PostPosted: Sat Jul 29, 2006 1:00 pm    Post subject: Re: Answered my own question re:last post Reply with quote

Guest wrote:
Ok, going through some other posts on this site I found out why the 470ohm resistor was used, to balance out the battery usage. A 220 ohm R could have been used and I assume it would have been brighter.

My question here still is why the transistor was used in this circuit?


Correct the 470 ohm was used to conserve battery power. The transistor is used to provide the current needed.
Back to top
View user's profile Send private message Send e-mail
Guest
Guest





PostPosted: Sat Jul 29, 2006 2:39 pm    Post subject: RE: current Reply with quote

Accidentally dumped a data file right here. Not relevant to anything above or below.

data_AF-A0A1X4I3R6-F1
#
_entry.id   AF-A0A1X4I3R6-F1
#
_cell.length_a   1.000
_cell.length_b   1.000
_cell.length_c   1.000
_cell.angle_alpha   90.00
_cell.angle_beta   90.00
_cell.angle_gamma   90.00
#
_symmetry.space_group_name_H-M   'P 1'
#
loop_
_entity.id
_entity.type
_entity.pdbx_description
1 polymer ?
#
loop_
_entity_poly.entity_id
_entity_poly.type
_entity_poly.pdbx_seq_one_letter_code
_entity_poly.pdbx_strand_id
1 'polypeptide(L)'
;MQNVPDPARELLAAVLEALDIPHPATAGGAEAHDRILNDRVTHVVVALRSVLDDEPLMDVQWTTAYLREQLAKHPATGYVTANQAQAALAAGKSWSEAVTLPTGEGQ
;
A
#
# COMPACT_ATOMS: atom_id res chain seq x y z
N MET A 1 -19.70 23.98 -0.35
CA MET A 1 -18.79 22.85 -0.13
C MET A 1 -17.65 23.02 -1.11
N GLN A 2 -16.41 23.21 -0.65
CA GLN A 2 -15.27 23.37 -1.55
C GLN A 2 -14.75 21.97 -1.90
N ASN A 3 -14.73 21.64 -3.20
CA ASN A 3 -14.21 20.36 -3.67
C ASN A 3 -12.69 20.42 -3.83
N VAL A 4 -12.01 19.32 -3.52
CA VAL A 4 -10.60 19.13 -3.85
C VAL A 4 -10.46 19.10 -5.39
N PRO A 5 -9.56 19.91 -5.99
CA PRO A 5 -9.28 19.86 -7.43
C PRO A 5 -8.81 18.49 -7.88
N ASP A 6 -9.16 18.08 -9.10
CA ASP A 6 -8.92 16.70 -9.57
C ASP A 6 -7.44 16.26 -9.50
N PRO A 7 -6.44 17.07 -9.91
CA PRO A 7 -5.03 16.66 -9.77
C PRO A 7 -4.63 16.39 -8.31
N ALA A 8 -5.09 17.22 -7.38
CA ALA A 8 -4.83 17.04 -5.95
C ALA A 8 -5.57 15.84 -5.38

The LED will draw as much current as needed as long as the voltage supplied is correct, which you have done with the 470ohm resistor, dropping the voltage down from 9V to V(LED). And the LED is only going to require 20-30mA of current, which the 9V battery is more than able to supply for quite a while. Are you saying that the introduction of the photoresistor requires a greater amount of current?

Since the 9V battery is already supplying the correct voltage because the uneeded portion is being dropped across the resistor, what use is the transistor?

I would be happy to find this answer in other forums if you'd rather not go into it, just found someone that responds so I'm asking Wink Thanks, by the way Very Happy
Back to top
Alan
Site Admin


Joined: 29 Jan 2006
Posts: 1399
Location: Winnipeg, MB

PostPosted: Sat Jul 29, 2006 2:51 pm    Post subject: Re: RE: current Reply with quote

Guest wrote: